The Hierarchy of the DPRK. Source: Diagram made by author.

The Command Economy

The Workers Party of Korea (WPK), more commonly known as the North Korean Regime, holds tight control over the command economy and uses it to abuse all people of low Songbun, specifically those who live outside the capital, Pyongyang. Instead of ordering the production of valuable goods like food and home maintenance products for their communities, they overproduce menial things, like children’s socks and beach toys. Many do not have the mobility to go to a neighboring town for resources, and as I will expand on later, many believe that they deserve to starve if they are not entirely self-sufficient.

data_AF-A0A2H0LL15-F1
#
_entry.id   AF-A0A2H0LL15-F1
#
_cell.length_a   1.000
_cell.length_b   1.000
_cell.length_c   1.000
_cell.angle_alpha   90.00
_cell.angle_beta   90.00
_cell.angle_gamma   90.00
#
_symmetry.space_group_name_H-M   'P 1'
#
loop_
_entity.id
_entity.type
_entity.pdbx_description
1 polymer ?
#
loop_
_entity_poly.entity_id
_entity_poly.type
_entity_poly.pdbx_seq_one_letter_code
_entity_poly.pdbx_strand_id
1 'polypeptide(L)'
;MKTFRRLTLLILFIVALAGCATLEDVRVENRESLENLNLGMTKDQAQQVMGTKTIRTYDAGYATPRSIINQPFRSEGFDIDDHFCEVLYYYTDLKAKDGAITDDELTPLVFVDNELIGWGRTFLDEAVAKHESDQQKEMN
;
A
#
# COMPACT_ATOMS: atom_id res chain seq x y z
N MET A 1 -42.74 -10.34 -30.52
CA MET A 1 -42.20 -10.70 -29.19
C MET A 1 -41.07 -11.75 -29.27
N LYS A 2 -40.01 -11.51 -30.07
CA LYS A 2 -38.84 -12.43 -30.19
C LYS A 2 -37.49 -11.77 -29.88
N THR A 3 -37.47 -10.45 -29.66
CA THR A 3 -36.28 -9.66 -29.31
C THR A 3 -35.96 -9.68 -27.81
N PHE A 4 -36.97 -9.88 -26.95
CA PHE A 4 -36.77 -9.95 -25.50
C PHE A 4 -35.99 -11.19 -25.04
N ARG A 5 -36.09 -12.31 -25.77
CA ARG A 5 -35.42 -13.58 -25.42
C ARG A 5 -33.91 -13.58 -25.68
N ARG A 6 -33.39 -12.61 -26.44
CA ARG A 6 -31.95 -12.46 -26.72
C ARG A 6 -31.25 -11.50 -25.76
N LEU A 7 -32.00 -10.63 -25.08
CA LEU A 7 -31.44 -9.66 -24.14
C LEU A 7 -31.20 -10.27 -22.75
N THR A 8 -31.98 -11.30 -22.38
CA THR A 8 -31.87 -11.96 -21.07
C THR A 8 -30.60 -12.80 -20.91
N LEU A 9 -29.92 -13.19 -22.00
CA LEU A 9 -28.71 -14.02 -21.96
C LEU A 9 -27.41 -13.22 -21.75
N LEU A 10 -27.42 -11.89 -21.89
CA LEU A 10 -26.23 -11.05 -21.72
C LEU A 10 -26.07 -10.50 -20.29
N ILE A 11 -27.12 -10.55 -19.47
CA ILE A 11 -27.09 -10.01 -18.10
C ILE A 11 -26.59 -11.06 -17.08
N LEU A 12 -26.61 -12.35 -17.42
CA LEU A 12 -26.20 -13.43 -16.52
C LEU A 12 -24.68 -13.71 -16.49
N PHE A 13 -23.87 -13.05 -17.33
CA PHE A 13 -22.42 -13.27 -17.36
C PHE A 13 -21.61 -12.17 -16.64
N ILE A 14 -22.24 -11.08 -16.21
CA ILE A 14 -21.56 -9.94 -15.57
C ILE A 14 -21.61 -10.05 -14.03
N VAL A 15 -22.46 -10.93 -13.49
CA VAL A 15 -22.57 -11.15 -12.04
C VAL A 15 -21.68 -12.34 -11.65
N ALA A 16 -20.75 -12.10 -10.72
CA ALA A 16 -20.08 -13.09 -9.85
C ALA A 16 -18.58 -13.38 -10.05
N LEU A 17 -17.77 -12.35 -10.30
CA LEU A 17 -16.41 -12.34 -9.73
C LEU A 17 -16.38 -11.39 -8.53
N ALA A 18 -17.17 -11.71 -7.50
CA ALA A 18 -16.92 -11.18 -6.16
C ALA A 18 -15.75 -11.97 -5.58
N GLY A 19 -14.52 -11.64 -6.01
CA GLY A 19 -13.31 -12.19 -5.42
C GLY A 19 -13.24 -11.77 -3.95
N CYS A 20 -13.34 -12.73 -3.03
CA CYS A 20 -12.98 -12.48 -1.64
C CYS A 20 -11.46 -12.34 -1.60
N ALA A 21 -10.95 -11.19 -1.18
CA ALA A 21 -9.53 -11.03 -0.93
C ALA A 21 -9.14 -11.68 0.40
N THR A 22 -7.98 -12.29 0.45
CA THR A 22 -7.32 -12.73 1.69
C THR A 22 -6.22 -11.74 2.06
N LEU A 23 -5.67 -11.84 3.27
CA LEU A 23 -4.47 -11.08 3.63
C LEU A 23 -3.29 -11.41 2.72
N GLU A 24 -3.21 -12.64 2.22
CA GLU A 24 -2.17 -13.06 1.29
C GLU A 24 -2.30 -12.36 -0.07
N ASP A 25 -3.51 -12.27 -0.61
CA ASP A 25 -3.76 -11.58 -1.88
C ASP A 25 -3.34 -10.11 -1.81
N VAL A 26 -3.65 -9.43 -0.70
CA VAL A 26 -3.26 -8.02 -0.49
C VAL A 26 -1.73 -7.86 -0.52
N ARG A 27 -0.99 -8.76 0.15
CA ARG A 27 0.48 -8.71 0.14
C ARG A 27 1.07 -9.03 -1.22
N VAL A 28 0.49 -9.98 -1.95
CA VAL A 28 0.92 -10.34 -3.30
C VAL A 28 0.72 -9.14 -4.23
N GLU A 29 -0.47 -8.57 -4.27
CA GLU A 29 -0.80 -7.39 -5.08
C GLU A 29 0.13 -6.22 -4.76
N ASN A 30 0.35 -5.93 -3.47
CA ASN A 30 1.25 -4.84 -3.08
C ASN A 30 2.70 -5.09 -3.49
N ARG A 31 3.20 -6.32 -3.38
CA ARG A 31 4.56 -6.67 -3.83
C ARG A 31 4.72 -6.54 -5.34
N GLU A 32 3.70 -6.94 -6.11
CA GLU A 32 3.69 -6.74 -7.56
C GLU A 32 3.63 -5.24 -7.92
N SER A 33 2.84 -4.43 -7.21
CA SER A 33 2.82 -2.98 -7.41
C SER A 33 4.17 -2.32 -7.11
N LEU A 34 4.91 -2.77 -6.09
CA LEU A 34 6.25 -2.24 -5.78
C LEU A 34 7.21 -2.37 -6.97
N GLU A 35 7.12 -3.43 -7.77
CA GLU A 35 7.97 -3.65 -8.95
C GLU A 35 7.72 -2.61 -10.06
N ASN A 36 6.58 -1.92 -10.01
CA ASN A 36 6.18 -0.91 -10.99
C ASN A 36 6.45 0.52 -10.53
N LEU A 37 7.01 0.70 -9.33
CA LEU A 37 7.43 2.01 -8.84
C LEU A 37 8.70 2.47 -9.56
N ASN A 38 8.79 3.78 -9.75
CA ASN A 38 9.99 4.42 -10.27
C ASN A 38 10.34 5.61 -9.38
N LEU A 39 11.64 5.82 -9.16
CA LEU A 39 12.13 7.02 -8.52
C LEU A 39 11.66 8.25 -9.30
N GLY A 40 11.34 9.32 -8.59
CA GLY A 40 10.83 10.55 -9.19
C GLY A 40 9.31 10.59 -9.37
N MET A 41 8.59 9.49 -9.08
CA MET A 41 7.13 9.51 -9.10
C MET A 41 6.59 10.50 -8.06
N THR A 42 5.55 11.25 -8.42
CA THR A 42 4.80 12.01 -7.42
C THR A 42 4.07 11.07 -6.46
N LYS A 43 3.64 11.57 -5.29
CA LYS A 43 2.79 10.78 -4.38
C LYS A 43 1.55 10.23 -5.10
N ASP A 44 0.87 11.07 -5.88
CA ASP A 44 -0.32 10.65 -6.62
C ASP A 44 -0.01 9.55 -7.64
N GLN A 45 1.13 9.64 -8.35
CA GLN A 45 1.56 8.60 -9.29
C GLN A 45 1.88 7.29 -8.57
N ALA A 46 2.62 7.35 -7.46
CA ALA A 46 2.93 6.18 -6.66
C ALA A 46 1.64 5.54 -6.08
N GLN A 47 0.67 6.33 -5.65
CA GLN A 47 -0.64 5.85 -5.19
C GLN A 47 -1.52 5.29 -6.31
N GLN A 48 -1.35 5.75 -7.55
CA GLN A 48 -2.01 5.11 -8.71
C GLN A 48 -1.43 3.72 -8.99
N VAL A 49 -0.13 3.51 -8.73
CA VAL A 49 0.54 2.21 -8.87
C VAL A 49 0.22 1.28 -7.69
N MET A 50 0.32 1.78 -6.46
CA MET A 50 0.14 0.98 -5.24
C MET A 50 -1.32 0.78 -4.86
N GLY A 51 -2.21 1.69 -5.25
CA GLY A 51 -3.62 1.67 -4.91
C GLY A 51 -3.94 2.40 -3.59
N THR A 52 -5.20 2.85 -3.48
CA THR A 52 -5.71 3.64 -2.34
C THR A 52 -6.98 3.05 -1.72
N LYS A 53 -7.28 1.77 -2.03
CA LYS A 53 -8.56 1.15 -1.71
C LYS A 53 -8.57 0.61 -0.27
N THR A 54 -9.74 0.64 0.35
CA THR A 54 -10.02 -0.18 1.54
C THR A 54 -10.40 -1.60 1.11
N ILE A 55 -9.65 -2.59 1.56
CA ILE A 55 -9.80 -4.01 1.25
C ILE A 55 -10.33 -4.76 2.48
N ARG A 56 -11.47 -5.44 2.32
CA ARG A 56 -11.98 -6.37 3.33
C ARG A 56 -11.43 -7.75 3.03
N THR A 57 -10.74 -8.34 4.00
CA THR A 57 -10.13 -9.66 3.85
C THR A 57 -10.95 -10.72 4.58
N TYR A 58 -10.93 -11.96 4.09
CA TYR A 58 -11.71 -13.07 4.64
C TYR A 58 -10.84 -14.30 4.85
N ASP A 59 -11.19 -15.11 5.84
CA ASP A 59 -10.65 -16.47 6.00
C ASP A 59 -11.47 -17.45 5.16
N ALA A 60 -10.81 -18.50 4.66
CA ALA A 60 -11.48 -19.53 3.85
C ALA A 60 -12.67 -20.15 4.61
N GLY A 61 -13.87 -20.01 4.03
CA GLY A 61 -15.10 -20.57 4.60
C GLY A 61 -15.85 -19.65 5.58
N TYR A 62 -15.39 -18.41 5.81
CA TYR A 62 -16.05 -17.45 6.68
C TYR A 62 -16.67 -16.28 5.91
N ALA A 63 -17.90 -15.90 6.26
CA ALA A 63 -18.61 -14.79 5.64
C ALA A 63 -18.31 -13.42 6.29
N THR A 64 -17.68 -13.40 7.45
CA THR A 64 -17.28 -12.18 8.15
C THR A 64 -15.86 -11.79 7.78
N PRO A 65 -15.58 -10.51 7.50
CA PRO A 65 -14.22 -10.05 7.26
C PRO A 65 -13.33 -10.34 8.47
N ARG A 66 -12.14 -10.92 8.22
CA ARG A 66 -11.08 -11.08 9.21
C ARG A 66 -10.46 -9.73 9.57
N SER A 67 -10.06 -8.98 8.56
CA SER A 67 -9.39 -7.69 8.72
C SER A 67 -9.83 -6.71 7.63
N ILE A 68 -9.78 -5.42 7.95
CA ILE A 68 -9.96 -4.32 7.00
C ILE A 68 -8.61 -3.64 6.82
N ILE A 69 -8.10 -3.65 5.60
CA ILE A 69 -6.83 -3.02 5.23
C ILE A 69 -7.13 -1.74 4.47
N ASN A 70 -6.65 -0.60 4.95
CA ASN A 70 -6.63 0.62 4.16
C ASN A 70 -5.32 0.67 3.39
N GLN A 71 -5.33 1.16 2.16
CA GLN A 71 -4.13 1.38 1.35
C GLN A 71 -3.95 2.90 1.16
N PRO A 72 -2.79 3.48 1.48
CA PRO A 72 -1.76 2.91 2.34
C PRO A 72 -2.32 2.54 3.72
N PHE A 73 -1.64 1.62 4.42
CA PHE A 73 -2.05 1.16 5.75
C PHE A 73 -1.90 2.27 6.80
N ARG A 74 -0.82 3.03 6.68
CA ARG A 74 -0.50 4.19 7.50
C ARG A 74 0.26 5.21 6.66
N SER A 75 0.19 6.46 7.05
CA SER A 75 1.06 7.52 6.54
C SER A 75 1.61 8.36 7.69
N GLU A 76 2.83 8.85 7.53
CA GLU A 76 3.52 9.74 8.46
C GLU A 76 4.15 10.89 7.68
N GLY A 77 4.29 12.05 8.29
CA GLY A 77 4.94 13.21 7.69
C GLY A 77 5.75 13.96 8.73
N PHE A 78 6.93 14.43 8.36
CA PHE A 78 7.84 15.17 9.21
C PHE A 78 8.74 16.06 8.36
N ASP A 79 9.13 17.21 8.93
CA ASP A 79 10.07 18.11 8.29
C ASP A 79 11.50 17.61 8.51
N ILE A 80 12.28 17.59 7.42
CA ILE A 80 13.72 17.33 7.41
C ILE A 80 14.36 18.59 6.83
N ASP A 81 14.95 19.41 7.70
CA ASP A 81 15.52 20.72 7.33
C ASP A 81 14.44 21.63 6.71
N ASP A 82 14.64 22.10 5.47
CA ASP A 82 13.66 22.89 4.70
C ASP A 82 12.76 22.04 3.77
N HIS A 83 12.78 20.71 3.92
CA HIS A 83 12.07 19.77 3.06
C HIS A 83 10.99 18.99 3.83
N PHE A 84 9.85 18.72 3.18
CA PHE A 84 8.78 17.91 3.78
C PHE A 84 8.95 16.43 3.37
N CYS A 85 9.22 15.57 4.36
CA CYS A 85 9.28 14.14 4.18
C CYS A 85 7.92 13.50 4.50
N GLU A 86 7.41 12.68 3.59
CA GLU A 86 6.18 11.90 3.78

This economic system has the dual effect of limiting opportunities to participate in the job market. People are not allowed to sell products unless they are commanded to do so by the WPK. Because the WPK is not tasked to create job opportunities for rural people, these people have no opportunity to make money, which only exacerbates the problem of reduced resources.

Lots of brightly colored shoes are piled onto shelves and hanging from the walls and ceilings in a Korean store. There are yellow signs with red and black text in Korean
The overproduction of menial things at the expense of food and necessities. Source: Yahoo! Images

The March of Suffering